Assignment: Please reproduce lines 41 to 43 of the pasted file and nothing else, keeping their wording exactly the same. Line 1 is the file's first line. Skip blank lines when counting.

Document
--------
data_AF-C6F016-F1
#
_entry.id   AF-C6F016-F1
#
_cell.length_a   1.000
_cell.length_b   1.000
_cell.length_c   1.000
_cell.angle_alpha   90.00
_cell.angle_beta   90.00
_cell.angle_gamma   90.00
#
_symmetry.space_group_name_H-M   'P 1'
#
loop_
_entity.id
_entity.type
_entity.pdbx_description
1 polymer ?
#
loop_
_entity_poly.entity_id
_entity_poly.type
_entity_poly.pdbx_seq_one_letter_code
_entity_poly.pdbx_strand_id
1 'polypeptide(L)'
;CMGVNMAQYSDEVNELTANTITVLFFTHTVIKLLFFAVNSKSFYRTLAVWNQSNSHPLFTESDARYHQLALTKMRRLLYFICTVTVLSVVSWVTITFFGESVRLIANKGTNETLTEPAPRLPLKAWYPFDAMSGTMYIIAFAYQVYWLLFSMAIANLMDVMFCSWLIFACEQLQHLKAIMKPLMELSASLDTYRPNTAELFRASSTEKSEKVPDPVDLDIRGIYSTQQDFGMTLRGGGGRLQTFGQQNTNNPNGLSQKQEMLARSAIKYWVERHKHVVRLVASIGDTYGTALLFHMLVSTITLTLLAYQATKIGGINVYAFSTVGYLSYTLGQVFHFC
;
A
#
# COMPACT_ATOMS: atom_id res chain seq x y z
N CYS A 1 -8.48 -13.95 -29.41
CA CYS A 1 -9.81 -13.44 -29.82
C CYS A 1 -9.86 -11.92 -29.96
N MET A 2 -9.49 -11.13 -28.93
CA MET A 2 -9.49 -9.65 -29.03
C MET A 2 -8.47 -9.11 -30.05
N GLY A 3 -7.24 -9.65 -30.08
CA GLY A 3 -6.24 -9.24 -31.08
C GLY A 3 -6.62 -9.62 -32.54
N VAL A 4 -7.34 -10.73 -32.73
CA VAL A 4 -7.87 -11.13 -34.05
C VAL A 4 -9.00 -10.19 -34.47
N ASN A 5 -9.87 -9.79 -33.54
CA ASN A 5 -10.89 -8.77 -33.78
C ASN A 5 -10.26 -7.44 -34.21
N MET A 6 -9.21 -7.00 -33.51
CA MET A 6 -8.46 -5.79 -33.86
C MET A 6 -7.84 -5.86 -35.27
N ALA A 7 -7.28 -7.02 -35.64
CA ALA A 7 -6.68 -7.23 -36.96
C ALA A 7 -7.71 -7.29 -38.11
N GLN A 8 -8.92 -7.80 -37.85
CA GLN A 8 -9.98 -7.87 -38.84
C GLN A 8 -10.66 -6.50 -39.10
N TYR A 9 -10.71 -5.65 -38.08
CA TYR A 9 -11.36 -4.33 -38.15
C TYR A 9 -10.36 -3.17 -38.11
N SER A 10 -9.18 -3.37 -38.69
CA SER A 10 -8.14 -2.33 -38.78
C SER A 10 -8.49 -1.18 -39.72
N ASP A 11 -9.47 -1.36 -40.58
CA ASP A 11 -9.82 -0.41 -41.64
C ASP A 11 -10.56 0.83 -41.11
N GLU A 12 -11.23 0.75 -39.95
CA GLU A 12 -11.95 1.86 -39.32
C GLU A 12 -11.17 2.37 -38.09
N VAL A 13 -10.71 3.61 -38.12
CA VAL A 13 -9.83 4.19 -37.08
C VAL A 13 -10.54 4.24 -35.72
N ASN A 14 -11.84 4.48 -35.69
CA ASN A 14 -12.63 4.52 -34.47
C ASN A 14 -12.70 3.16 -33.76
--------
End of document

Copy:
CA VAL A 4 -7.87 -11.13 -34.05
C VAL A 4 -9.00 -10.19 -34.47
N ASN A 5 -9.87 -9.79 -33.54